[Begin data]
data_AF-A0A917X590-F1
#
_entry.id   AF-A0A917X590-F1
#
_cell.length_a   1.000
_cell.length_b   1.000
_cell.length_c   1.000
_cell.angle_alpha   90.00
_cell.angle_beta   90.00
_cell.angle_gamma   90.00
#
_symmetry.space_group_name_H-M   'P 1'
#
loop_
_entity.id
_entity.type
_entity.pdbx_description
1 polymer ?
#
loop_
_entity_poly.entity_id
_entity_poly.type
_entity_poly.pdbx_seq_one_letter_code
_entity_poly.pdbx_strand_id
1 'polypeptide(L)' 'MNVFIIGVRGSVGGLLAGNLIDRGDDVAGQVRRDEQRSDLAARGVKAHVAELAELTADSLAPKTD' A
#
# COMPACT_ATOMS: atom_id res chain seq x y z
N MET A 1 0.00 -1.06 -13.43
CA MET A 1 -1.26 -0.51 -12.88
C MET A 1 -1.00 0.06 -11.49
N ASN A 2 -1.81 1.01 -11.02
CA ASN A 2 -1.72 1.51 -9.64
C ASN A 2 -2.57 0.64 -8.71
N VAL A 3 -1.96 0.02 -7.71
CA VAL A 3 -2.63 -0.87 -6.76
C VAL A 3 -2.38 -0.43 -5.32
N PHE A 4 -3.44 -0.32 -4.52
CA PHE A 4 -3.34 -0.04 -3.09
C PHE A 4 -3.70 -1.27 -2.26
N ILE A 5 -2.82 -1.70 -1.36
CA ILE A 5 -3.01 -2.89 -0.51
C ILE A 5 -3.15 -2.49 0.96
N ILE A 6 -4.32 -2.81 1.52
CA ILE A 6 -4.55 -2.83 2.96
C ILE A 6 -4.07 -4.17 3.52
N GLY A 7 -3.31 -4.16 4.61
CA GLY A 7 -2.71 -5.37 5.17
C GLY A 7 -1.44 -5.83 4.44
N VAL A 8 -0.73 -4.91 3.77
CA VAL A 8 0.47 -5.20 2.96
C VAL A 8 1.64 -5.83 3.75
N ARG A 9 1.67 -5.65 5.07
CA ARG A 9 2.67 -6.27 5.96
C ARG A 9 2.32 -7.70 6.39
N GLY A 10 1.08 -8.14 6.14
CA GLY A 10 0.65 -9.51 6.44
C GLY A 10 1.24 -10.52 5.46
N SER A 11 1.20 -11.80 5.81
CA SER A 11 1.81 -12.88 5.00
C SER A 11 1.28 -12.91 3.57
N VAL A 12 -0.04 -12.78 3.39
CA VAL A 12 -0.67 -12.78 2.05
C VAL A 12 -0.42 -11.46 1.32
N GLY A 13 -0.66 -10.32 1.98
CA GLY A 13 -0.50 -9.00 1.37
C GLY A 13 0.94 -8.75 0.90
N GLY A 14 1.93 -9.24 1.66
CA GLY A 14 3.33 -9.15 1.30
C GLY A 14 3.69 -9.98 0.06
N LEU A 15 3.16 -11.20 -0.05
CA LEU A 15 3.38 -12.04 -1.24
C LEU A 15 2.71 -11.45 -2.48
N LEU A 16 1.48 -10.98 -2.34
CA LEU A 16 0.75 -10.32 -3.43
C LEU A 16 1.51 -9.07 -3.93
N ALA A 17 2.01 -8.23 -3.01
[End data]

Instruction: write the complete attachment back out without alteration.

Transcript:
data_AF-A0A917X590-F1
#
_entry.id   AF-A0A917X590-F1
#
_cell.length_a   1.000
_cell.length_b   1.000
_cell.length_c   1.000
_cell.angle_alpha   90.00
_cell.angle_beta   90.00
_cell.angle_gamma   90.00
#
_symmetry.space_group_name_H-M   'P 1'
#
loop_
_entity.id
_entity.type
_entity.pdbx_description
1 polymer ?
#
loop_
_entity_poly.entity_id
_entity_poly.type
_entity_poly.pdbx_seq_one_letter_code
_entity_poly.pdbx_strand_id
1 'polypeptide(L)' 'MNVFIIGVRGSVGGLLAGNLIDRGDDVAGQVRRDEQRSDLAARGVKAHVAELAELTADSLAPKTD' A
#
# COMPACT_ATOMS: atom_id res chain seq x y z
N MET A 1 0.00 -1.06 -13.43
CA MET A 1 -1.26 -0.51 -12.88
C MET A 1 -1.00 0.06 -11.49
N ASN A 2 -1.81 1.01 -11.02
CA ASN A 2 -1.72 1.51 -9.64
C ASN A 2 -2.57 0.64 -8.71
N VAL A 3 -1.96 0.02 -7.71
CA VAL A 3 -2.63 -0.87 -6.76
C VAL A 3 -2.38 -0.43 -5.32
N PHE A 4 -3.44 -0.32 -4.52
CA PHE A 4 -3.34 -0.04 -3.09
C PHE A 4 -3.70 -1.27 -2.26
N ILE A 5 -2.82 -1.70 -1.36
CA ILE A 5 -3.01 -2.89 -0.51
C ILE A 5 -3.15 -2.49 0.96
N ILE A 6 -4.32 -2.81 1.52
CA ILE A 6 -4.55 -2.83 2.96
C ILE A 6 -4.07 -4.17 3.52
N GLY A 7 -3.31 -4.16 4.61
CA GLY A 7 -2.71 -5.37 5.17
C GLY A 7 -1.44 -5.83 4.44
N VAL A 8 -0.73 -4.91 3.77
CA VAL A 8 0.47 -5.20 2.96
C VAL A 8 1.64 -5.83 3.75
N ARG A 9 1.67 -5.65 5.07
CA ARG A 9 2.67 -6.27 5.96
C ARG A 9 2.32 -7.70 6.39
N GLY A 10 1.08 -8.14 6.14
CA GLY A 10 0.65 -9.51 6.44
C GLY A 10 1.24 -10.52 5.46
N SER A 11 1.20 -11.80 5.81
CA SER A 11 1.81 -12.88 5.00
C SER A 11 1.28 -12.91 3.57
N VAL A 12 -0.04 -12.78 3.39
CA VAL A 12 -0.67 -12.78 2.05
C VAL A 12 -0.42 -11.46 1.32
N GLY A 13 -0.66 -10.32 1.98
CA GLY A 13 -0.50 -9.00 1.37
C GLY A 13 0.94 -8.75 0.90
N GLY A 14 1.93 -9.24 1.66
CA GLY A 14 3.33 -9.15 1.30
C GLY A 14 3.69 -9.98 0.06
N LEU A 15 3.16 -11.20 -0.05
CA LEU A 15 3.38 -12.04 -1.24
C LEU A 15 2.71 -11.45 -2.48
N LEU A 16 1.48 -10.98 -2.34
CA LEU A 16 0.75 -10.32 -3.43
C LEU A 16 1.51 -9.07 -3.93
N ALA A 17 2.01 -8.23 -3.01